Also to be noted is all these mass-appeal films have done well in Multiplex and Overseas market. Whereas most urban centric films has flopped miserably in urban and overseas market.
    What is appealing and intriguing DESI Mass, is appealing to all Indian all over the world.
    In the core of all Indian dwells a similar appeal for entertainment !
  • Zen
    14.06.12 04:23 AM
    Brilliant and Candid article. Truly eye opening. Makes me feel Dissapointed by whats going on.
  • Pulkit
    10.06.12 05:28 AM
    @Menaka: Thanks for the comment. You make a very good point about a lot of the films in the 100 crore club being remakes of or influenced by South cinema. I agree, Hindi cinema owes a lot to Tamil, Telugu, Malayali and Kannada films. In fact, a higher proportion of films from the southern states are successful than the Bollywood/Hindi films.

    And to the credit of these mass entertainer 100 crore films, they have revived the single screen theaters, which is definitely a welcome development.

    As for your point about the reviews on The NRI being focused on Hindi films, that is more an issue of logistics than anything else. Since our writers are scattered around the world, we only review what we have access to in our respective cities, and in most cases this is Hindi films, and that too the big budget ones. We definitely want to review films from all over India and will certainly do so once we figure out the logistics of it.
  • Menaka Baskaran
    Menaka Baskaran
    06.06.12 09:05 AM
    of the films mentioned in the 100 crore club -- Ghagini, 3 Idiots, Ready, Dabang, Singham, Ra One, Don 2, Bodyguard, Agneepath, Dirty Picture, and now Rowdy Rathore, 5 are remakes from South movies. Ghagini and Singham are Tamil remakes; Ready, Rowdy Rathore are Telugu remakes, Bodyguard is the remake of a Tamil movie which is a remake of a Malayalam movie. Bodyguard owes more to the Tamil remake than the Malayalam. And The Dirty Picture is based on the Tamil item number dancer Silk Sumitha (although the makers deny it..the setting of the movie is in the world of Tamil cinema with the actor Suryakanth's name obviously being a dig at Rajnikanth).

    The rise of the multiplexes and the overseas NRI Indian market meant that at one time, the Hindi film producers forgot about the Hindi heartland and made movies that only the urban, westernised, western wannnabes Indian could enjoy. These people only make up 10% of the movie going population. The single screens in the smallers towns and semi rural areas were almost going to close down. Thank god for the Southern remakes and other movies like Dabang which hark back to the days in the 1980s when Hindi movies still had a very desi feel to it. They have brought back the audience in droves to the single screens and proved to the film makers that this segment of audience cannot be ignored.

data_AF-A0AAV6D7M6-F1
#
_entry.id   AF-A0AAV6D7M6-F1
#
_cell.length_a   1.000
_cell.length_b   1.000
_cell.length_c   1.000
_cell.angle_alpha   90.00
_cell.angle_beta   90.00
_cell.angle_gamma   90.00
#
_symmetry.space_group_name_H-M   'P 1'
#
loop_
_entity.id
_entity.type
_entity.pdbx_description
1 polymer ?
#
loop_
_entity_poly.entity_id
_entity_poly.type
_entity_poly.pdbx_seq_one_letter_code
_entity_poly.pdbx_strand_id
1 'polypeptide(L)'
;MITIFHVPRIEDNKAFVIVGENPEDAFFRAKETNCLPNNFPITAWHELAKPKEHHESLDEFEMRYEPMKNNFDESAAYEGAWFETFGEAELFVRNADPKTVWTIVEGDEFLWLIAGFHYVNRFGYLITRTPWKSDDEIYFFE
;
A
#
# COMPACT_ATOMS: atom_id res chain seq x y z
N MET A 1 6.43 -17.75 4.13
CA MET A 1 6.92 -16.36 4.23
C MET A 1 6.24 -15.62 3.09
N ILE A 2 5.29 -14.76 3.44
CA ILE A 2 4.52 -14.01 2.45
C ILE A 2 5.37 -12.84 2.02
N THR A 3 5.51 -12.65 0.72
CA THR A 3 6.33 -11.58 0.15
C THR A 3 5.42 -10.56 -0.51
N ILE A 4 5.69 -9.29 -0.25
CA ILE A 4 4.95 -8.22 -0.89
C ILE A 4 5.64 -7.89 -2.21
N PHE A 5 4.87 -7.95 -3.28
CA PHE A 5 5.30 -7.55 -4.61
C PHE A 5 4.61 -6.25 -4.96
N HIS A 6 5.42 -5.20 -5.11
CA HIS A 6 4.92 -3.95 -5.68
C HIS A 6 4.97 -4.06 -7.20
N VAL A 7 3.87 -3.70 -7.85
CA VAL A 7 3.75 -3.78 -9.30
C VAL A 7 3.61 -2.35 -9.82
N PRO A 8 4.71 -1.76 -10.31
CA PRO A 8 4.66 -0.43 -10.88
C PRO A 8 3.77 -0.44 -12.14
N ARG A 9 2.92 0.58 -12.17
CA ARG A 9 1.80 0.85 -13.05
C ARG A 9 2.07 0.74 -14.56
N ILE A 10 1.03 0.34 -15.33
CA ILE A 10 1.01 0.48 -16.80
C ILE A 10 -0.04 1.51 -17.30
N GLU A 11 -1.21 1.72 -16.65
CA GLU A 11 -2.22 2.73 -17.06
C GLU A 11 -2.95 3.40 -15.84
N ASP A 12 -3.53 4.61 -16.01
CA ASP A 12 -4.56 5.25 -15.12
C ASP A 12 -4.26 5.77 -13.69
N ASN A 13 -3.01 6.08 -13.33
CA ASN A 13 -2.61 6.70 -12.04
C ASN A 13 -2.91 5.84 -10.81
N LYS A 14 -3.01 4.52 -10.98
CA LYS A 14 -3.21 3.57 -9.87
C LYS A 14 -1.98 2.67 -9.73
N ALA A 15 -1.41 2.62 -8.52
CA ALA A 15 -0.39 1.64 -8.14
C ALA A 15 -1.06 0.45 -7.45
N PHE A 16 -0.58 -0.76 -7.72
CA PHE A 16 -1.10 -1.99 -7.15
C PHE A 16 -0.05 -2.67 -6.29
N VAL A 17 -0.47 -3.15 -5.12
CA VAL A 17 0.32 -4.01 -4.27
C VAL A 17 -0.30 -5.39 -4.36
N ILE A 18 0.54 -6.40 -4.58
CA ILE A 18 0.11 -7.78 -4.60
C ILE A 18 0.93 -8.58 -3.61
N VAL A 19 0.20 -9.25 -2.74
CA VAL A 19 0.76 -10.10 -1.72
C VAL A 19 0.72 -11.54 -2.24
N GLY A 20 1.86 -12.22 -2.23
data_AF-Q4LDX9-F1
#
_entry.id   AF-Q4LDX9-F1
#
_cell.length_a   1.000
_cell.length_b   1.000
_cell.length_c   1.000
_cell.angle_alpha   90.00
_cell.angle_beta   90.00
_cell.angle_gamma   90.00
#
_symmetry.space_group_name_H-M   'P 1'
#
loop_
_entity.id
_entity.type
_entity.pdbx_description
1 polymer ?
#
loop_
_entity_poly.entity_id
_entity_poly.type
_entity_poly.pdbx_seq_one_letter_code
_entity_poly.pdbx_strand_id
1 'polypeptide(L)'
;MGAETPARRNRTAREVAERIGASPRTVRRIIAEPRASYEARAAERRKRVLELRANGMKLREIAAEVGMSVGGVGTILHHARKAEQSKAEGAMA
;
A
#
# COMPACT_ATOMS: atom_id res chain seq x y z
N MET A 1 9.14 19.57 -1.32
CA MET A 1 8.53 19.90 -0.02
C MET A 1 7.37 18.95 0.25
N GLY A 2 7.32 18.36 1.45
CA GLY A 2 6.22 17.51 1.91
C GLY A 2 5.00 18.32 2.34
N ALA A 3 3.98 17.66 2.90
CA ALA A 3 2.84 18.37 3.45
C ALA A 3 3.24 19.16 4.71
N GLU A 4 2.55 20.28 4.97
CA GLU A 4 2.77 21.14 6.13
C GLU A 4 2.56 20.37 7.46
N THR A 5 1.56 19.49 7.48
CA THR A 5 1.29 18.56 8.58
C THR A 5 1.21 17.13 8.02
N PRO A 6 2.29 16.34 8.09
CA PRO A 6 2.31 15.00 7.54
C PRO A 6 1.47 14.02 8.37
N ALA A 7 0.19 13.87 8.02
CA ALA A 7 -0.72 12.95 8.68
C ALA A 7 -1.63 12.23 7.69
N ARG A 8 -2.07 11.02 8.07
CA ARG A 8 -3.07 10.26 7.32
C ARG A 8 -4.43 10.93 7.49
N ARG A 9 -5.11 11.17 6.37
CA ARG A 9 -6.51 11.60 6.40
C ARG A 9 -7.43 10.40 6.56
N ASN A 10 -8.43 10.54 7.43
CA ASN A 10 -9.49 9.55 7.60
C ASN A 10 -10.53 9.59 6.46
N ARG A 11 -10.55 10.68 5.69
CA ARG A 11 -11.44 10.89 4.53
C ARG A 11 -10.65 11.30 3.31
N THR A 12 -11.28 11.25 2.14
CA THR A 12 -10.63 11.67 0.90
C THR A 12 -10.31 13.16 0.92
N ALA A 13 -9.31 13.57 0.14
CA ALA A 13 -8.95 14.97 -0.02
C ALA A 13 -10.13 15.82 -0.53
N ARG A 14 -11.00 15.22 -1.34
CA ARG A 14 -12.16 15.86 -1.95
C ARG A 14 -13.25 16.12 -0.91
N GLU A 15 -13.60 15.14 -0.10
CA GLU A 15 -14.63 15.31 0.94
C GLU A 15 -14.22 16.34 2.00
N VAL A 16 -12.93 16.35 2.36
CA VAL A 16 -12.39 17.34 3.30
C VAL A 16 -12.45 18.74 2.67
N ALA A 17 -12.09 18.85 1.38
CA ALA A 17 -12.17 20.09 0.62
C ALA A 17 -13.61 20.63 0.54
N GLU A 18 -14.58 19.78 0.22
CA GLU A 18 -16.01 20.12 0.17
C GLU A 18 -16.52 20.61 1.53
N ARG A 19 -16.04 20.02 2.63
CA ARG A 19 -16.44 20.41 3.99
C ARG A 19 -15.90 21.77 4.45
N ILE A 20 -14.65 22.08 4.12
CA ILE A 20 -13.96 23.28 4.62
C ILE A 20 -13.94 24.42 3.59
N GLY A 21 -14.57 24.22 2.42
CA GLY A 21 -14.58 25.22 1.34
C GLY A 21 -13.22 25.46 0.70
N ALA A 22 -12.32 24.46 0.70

Mass movies don't need to be mindless. I am waiting to see which Hindi film maker is going to remake the blockbuster Tamil movie Ayan and Ko (both by director KV Anand). These masala movies at the heart have a very good story and are intelligently told on screen.

    By the way, I notice that all the movie reviews are of Hindi movies only. The last time I checked, NRIs also included the Tamils, Telugus, Malayalees, Bengalis why not include movies from other Indian languages as well. As far as I know Bollywood is not India and India is not Bollywood -- at least in the South.
  • Shai
    19.04.12 07:53 AM
    Ready, Singham, Bodyguard, Ghajini, Dabanng - yuck!
    But what do I know - the crores speak for themselves :s
  • Pulkit Datta
    Pulkit Datta
    12.04.12 10:13 PM
    Thanks, @Shivani! I agree, I think the producers have realized the true power of the single screens, especially in small towns. They all need the small town single screens in order to even make 100 crores. But I do fear that the story will still suffer in this mad rush for moolah.
  • Shivani Tripathi
    Shivani Tripathi
    10.04.12 08:54 AM
    Nice piece. An interesting aspect of the 100 Crore club is how the single screen theaters have come back with a bang. Literally.
  • Pulkit
    09.04.12 07:38 PM
    @Jayanth: Yes, that was my reaction exactly! Actually, that was my reaction to a lot of the films on the list.
  • Jayanth Tadinada
    Jayanth Tadinada
    09.04.12 01:39 PM
    Golmaal 3 made more than 100 crores??? *sigh*